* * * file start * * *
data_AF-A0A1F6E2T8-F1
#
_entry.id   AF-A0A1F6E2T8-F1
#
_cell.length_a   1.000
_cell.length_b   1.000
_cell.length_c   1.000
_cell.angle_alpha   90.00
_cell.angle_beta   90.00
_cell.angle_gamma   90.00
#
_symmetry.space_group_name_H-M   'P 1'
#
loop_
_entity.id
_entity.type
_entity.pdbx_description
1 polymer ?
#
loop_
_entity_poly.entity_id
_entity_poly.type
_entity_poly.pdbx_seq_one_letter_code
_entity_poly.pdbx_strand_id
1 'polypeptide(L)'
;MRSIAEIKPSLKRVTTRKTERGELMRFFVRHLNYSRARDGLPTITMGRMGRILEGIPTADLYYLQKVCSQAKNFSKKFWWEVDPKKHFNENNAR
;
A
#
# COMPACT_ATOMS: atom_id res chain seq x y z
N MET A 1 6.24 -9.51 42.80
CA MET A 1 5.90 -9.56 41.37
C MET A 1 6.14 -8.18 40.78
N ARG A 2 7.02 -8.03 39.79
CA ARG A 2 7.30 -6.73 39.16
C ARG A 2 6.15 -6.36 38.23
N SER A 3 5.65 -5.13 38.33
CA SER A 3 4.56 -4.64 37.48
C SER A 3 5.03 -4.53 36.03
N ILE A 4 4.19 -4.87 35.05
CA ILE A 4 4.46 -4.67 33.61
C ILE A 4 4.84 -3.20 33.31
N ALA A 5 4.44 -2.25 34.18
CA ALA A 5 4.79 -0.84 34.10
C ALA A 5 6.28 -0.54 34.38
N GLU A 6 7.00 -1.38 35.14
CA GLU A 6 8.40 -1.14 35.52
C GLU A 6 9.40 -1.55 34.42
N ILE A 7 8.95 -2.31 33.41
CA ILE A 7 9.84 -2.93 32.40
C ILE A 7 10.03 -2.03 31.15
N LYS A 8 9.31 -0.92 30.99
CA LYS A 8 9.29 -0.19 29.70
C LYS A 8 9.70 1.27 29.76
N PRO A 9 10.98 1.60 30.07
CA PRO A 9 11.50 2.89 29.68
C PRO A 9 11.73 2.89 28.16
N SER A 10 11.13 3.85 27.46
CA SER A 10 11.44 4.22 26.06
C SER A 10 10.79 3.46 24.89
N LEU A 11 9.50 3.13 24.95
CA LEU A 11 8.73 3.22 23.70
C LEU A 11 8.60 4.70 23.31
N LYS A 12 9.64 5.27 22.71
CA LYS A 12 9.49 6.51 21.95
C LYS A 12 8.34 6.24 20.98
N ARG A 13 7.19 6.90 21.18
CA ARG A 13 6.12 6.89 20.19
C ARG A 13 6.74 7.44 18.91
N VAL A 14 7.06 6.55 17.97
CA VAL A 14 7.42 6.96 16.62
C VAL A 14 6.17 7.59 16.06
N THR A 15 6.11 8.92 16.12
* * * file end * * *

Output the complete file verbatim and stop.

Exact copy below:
data_AF-A0A1F6E2T8-F1
#
_entry.id   AF-A0A1F6E2T8-F1
#
_cell.length_a   1.000
_cell.length_b   1.000
_cell.length_c   1.000
_cell.angle_alpha   90.00
_cell.angle_beta   90.00
_cell.angle_gamma   90.00
#
_symmetry.space_group_name_H-M   'P 1'
#
loop_
_entity.id
_entity.type
_entity.pdbx_description
1 polymer ?
#
loop_
_entity_poly.entity_id
_entity_poly.type
_entity_poly.pdbx_seq_one_letter_code
_entity_poly.pdbx_strand_id
1 'polypeptide(L)'
;MRSIAEIKPSLKRVTTRKTERGELMRFFVRHLNYSRARDGLPTITMGRMGRILEGIPTADLYYLQKVCSQAKNFSKKFWWEVDPKKHFNENNAR
;
A
#
# COMPACT_ATOMS: atom_id res chain seq x y z
N MET A 1 6.24 -9.51 42.80
CA MET A 1 5.90 -9.56 41.37
C MET A 1 6.14 -8.18 40.78
N ARG A 2 7.02 -8.03 39.79
CA ARG A 2 7.30 -6.73 39.16
C ARG A 2 6.15 -6.36 38.23
N SER A 3 5.65 -5.13 38.33
CA SER A 3 4.56 -4.64 37.48
C SER A 3 5.03 -4.53 36.03
N ILE A 4 4.19 -4.87 35.05
CA ILE A 4 4.46 -4.67 33.61
C ILE A 4 4.84 -3.20 33.31
N ALA A 5 4.44 -2.25 34.18
CA ALA A 5 4.79 -0.84 34.10
C ALA A 5 6.28 -0.54 34.38
N GLU A 6 7.00 -1.38 35.14
CA GLU A 6 8.40 -1.14 35.52
C GLU A 6 9.40 -1.55 34.42
N ILE A 7 8.95 -2.31 33.41
CA ILE A 7 9.84 -2.93 32.40
C ILE A 7 10.03 -2.03 31.15
N LYS A 8 9.31 -0.92 30.99
CA LYS A 8 9.29 -0.19 29.70
C LYS A 8 9.70 1.27 29.76
N PRO A 9 10.98 1.60 30.07
CA PRO A 9 11.50 2.89 29.68
C PRO A 9 11.73 2.89 28.16
N SER A 10 11.13 3.85 27.46
CA SER A 10 11.44 4.22 26.06
C SER A 10 10.79 3.46 24.89
N LEU A 11 9.50 3.13 24.95
CA LEU A 11 8.73 3.22 23.70
C LEU A 11 8.60 4.70 23.31
N LYS A 12 9.64 5.27 22.71
CA LYS A 12 9.49 6.51 21.95
C LYS A 12 8.34 6.24 20.98
N ARG A 13 7.19 6.90 21.18
CA ARG A 13 6.12 6.89 20.19
C ARG A 13 6.74 7.44 18.91
N VAL A 14 7.06 6.55 17.97
CA VAL A 14 7.42 6.96 16.62
C VAL A 14 6.17 7.59 16.06
N THR A 15 6.11 8.92 16.12